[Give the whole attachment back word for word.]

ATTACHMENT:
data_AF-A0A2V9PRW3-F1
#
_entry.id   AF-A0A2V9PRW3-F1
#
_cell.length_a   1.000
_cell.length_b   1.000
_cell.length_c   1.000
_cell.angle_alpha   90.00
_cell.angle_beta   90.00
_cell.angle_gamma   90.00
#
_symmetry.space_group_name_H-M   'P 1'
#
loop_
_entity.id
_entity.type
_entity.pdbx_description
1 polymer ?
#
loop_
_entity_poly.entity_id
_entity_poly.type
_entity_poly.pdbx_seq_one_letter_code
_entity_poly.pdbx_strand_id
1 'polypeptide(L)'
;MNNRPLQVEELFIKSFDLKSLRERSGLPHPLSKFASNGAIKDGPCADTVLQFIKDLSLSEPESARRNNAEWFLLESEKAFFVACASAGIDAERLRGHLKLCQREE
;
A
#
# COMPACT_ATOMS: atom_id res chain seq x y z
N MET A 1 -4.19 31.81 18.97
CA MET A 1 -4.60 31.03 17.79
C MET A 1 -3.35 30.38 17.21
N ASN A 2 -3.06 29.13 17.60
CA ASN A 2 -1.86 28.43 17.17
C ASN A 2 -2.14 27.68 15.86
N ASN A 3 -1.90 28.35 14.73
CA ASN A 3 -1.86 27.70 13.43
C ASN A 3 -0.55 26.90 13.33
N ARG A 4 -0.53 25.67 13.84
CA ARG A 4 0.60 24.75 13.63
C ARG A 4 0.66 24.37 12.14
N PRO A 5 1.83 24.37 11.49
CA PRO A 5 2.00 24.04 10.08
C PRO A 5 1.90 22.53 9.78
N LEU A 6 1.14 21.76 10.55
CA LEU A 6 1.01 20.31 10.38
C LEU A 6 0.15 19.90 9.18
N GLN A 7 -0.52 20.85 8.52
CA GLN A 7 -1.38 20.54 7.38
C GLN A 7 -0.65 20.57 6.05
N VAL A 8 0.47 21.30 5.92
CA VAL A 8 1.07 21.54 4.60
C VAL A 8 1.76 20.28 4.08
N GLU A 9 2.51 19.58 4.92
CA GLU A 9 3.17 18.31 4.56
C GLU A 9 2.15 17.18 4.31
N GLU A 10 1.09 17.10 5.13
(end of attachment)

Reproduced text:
data_AF-A0A2V9PRW3-F1
#
_entry.id   AF-A0A2V9PRW3-F1
#
_cell.length_a   1.000
_cell.length_b   1.000
_cell.length_c   1.000
_cell.angle_alpha   90.00
_cell.angle_beta   90.00
_cell.angle_gamma   90.00
#
_symmetry.space_group_name_H-M   'P 1'
#
loop_
_entity.id
_entity.type
_entity.pdbx_description
1 polymer ?
#
loop_
_entity_poly.entity_id
_entity_poly.type
_entity_poly.pdbx_seq_one_letter_code
_entity_poly.pdbx_strand_id
1 'polypeptide(L)'
;MNNRPLQVEELFIKSFDLKSLRERSGLPHPLSKFASNGAIKDGPCADTVLQFIKDLSLSEPESARRNNAEWFLLESEKAFFVACASAGIDAERLRGHLKLCQREE
;
A
#
# COMPACT_ATOMS: atom_id res chain seq x y z
N MET A 1 -4.19 31.81 18.97
CA MET A 1 -4.60 31.03 17.79
C MET A 1 -3.35 30.38 17.21
N ASN A 2 -3.06 29.13 17.60
CA ASN A 2 -1.86 28.43 17.17
C ASN A 2 -2.14 27.68 15.86
N ASN A 3 -1.90 28.35 14.73
CA ASN A 3 -1.86 27.70 13.43
C ASN A 3 -0.55 26.90 13.33
N ARG A 4 -0.53 25.67 13.84
CA ARG A 4 0.60 24.75 13.63
C ARG A 4 0.66 24.37 12.14
N PRO A 5 1.83 24.37 11.49
CA PRO A 5 2.00 24.04 10.08
C PRO A 5 1.90 22.53 9.78
N LEU A 6 1.14 21.76 10.55
CA LEU A 6 1.01 20.31 10.38
C LEU A 6 0.15 19.90 9.18
N GLN A 7 -0.52 20.85 8.52
CA GLN A 7 -1.38 20.54 7.38
C GLN A 7 -0.65 20.57 6.05
N VAL A 8 0.47 21.30 5.92
CA VAL A 8 1.07 21.54 4.60
C VAL A 8 1.76 20.28 4.08
N GLU A 9 2.51 19.58 4.92
CA GLU A 9 3.17 18.31 4.56
C GLU A 9 2.15 17.18 4.31
N GLU A 10 1.09 17.10 5.13